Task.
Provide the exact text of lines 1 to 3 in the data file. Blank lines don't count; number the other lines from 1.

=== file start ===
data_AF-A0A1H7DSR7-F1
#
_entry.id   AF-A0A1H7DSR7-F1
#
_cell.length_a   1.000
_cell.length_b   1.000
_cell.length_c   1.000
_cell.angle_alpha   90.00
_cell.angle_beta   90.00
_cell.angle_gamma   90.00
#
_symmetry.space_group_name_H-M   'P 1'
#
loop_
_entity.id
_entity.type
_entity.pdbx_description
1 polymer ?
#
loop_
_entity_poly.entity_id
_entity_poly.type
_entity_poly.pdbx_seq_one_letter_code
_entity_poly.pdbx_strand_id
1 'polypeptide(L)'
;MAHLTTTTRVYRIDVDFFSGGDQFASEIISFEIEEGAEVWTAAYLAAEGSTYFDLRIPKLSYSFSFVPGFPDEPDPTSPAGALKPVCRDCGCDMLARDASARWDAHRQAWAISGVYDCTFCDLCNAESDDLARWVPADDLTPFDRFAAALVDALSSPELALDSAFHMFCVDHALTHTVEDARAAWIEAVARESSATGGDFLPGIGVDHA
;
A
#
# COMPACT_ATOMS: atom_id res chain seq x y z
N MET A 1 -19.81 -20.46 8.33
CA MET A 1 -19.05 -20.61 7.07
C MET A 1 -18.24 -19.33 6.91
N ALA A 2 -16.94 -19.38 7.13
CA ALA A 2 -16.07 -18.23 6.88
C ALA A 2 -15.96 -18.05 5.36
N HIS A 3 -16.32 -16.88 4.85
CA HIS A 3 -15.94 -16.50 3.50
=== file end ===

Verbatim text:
data_AF-A0A1H7DSR7-F1
#
_entry.id   AF-A0A1H7DSR7-F1